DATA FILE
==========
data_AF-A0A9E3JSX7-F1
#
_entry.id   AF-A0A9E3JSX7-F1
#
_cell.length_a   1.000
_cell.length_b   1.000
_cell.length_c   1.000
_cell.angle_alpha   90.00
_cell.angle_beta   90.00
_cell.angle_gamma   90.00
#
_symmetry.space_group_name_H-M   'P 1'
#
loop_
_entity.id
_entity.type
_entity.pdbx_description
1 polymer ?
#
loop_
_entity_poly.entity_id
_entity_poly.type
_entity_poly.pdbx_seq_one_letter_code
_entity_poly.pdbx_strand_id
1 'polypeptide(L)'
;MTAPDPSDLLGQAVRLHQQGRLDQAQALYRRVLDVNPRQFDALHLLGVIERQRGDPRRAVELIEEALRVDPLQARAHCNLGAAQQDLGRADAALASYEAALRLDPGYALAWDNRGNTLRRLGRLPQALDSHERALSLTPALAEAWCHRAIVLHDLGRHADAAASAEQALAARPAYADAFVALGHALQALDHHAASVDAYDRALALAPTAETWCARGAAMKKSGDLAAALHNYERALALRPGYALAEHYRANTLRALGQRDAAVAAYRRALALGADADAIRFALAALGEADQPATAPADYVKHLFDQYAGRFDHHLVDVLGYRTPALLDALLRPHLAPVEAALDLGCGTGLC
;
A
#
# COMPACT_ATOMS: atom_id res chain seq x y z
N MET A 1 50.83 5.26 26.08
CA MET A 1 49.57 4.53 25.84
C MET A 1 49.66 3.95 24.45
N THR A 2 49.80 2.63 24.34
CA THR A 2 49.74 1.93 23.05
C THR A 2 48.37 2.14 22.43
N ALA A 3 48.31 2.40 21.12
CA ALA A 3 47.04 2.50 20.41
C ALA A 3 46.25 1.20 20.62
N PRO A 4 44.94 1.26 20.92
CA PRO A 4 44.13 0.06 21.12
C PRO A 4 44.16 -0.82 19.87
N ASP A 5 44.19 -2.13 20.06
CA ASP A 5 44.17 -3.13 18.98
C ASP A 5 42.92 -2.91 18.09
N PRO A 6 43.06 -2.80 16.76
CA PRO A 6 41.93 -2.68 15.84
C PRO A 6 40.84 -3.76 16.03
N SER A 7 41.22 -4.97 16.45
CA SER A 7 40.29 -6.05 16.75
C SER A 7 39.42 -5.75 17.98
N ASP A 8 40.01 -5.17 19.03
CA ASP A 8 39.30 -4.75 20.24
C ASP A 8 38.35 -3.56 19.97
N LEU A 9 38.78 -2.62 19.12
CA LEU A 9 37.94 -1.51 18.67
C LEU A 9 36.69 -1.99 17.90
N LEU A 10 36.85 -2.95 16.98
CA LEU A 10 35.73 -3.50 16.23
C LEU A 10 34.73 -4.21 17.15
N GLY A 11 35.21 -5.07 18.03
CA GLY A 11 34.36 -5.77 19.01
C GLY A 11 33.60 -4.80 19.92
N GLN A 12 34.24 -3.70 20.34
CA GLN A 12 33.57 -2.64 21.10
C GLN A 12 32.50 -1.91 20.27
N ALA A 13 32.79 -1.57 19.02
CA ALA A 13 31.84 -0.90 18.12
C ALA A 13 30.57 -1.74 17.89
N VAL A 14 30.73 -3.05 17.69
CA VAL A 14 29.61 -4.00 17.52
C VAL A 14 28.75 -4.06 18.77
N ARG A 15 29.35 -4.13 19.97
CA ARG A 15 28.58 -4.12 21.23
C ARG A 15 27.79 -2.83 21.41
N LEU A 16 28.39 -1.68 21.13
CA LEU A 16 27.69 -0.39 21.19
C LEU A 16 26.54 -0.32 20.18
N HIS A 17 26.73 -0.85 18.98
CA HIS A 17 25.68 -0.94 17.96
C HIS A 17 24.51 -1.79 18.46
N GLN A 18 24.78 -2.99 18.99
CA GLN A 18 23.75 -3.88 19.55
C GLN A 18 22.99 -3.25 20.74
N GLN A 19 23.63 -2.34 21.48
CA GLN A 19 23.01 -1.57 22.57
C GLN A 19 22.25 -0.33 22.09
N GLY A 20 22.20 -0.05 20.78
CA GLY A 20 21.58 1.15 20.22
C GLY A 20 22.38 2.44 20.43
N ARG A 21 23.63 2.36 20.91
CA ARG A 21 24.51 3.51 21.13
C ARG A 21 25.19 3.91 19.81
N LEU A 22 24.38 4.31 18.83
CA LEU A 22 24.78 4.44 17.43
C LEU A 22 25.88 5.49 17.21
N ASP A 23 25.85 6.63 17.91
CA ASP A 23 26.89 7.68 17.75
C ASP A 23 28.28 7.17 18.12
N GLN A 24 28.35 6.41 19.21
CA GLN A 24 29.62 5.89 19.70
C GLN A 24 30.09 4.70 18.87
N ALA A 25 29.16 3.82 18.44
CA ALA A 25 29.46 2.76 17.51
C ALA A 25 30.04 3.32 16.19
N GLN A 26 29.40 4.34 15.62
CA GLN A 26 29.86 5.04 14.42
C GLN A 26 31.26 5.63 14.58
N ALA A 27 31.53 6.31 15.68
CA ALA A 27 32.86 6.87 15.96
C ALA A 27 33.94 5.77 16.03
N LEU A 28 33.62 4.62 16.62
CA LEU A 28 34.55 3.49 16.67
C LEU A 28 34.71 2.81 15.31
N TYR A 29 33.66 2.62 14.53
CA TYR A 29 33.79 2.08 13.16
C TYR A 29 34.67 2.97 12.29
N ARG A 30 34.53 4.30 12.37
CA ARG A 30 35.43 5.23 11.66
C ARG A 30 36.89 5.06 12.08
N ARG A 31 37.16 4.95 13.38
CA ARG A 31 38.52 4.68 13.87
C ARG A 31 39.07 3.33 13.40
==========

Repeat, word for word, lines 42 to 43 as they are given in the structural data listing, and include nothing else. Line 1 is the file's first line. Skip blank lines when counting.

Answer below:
C PRO A 4 44.16 -0.82 19.87
N ASP A 5 44.19 -2.13 20.06